How Far Have India-US Ties Come After Two Years of Modi? – The Diplomat. The Modi government, over the past two years, has certainly scored major victories in building positive ties between India and the United States. The prime minister himself has taken proactive measures to build a rapport with important U.S. political leaders. He met Obama six times just in his first 24 months in office and visited the United States three times.

Australia, Thailand Host Regional Peacekeeping Exercise – The Diplomat. Australia and Thailand are co-hosting a regional peacekeeping exercise this month. The exercise, which initially involved only the two nations, is now conducted with regional military, police and civilian training audience participation.

Philippines, France Ink New Defense Pact – The Diplomat. Last week, the Philippines and France inked a new defense pact in a boost for bilateral cooperation. Philippine Defense Secretary Voltaire Gazmin and French Ambassador to the Philippines Thierry Mathou signed the agreement at a ceremony at the Department of National Defense in Camp Aguinaldo on May 11. Both sides had been negotiating the defense pact since 2014.

How China Boosts Japan’s Security Role in Southeast Asia – The Diplomat. China’s claims to the South China Sea are accelerating a trend of growing security cooperation between Japan and ASEAN.

Burma MPs look to Japan for training assistance – DVB Multimedia Group. The lower house’s Committee or the Promotion of Education said technical training may be provided for Burmese citizens with Japan’s assistance.

US to renew most Burma sanctions with changes to aid businesses – DVB Multimedia Group. The United States plans to renew the bulk of its sanctions against Burma when they expire next week, but will make some changes aimed at boosting investment and trade, according to several senior US officials and congressional aides.



Thailand closes ‘overcrowded’ Koh Tachai island to tourists – The Guardian. Andaman Sea island to close for indefinite period from October as record numbers of tourists threaten beaches and coral reefs. Thailand has closed an island in the Andaman Sea to visitors in an attempt to ease the negative effects of tourism on its once-pristine beaches and surrounding coral reefs. Koh Tachai, an island in the famous Similan national park in south-west Thailand, would close for an “indefinite period” from 15 October, the Bangkok Post reported.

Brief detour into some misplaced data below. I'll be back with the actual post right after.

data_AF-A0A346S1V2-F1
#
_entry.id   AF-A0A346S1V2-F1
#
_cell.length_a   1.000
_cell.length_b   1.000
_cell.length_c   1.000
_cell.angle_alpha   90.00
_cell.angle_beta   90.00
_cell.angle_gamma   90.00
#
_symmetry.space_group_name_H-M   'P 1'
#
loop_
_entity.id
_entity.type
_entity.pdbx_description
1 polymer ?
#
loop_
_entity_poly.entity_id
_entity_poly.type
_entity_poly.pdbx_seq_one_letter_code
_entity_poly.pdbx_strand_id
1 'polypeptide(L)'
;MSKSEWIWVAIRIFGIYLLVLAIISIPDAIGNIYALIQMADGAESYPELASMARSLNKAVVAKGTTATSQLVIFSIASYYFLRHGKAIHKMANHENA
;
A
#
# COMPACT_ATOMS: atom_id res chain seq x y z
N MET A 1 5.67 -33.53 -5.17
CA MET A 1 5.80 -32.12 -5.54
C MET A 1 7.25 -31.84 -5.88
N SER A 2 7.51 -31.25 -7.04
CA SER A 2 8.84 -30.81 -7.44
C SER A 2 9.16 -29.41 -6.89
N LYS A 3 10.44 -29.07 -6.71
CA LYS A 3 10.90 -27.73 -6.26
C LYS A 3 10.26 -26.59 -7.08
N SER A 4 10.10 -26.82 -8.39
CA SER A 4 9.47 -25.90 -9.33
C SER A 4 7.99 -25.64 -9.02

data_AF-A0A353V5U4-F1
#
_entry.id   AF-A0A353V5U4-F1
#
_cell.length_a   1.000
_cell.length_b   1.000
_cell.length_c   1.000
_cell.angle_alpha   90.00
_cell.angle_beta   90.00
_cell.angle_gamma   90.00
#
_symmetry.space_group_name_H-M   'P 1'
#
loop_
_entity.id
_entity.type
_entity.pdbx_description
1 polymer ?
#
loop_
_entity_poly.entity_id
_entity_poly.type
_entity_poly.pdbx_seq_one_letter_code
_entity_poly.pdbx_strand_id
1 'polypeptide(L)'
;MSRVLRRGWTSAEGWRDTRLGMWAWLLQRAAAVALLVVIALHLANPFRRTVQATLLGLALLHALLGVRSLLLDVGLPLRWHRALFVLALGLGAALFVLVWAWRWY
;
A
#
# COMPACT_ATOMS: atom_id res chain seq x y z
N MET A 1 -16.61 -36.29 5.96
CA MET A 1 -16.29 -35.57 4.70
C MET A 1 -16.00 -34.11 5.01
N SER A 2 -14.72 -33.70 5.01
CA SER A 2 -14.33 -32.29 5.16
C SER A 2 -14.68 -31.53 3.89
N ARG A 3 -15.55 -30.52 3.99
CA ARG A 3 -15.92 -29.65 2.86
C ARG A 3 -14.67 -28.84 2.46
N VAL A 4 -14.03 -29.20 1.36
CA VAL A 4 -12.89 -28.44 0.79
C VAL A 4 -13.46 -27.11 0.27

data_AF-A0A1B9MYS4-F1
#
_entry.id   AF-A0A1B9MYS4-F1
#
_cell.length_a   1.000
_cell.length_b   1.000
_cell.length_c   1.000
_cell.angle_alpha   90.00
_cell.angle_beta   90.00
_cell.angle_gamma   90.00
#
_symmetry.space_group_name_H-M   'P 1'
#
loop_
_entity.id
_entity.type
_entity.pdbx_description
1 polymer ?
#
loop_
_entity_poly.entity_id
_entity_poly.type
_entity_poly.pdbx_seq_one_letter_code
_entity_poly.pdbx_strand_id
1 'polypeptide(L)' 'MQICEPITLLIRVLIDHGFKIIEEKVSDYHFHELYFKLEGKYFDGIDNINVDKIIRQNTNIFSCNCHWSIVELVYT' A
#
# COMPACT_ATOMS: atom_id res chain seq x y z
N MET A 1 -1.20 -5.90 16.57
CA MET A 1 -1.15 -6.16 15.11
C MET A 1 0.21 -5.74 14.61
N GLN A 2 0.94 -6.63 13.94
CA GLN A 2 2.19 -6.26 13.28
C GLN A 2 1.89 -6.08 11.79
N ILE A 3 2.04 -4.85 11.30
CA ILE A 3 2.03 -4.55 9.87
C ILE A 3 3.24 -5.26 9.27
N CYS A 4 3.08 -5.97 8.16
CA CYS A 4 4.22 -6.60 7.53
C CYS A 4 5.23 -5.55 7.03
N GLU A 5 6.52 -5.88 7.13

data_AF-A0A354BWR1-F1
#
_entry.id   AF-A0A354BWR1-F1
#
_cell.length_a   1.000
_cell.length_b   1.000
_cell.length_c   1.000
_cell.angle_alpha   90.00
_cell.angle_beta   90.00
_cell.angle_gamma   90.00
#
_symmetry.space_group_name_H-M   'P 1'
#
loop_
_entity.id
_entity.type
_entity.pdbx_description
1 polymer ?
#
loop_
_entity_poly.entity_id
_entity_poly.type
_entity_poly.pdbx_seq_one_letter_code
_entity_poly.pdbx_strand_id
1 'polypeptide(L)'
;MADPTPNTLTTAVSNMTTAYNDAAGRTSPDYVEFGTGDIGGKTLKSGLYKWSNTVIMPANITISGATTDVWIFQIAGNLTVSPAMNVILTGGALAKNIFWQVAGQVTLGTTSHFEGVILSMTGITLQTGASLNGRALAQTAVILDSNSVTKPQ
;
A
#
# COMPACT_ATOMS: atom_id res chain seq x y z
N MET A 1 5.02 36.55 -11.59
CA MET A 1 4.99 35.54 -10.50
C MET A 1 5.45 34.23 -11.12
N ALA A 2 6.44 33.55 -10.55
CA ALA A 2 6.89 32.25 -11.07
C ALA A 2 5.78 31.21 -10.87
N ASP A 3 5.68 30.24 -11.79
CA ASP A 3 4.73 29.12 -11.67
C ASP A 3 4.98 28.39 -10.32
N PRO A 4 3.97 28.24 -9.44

Jakarta’s water management fight echoes around the world – Southeast Asia Globe Magazine. Jakarta’s water is controlled by big businesses, but activists are pushing for the city to follow a worldwide water management trend back to public ownership.

Indonesian fisheries minister Pudjiastuti making waves – Southeast Asia Globe Magazine. Susi Pudjiastuti’s tough stance on illegal fishing is doing wonders for her public profile but angering local fishermen and neighbouring countries. Inside the formerly dull Indonesian Ministry of Maritime Affairs and Fisheries, a recent, sleek renovation of the buildings is reflective of ongoing efforts to overhaul the country’s maritime sector.


Indian air pollution a “national crisis” – The Third Pole. Air pollution in cities is rising at an alarming rate, new data from the World Health Organisation has revealed, particularly in emerging economies like India, where pollutants harm human health and hastening glacier melt.



China Quietly Targets U.S. Tech Companies in Security Reviews. – NYTimes. Chinese authorities are quietly scrutinizing technology products sold in China by Apple and other big foreign companies, focusing on whether they pose potential security threats to the country and its consumers and opening up a new front in an already tense relationship with Washington over digital security.

Landslide at Chinese dam site signals looming risks – The Third Pole. Thirty four construction workers were killed after a torrent of mud and rocks tore through a hydropower dam site on May 8 in Taining county in China’s southeast Fujian province. The landslide was believed to have been triggered by heavy rain.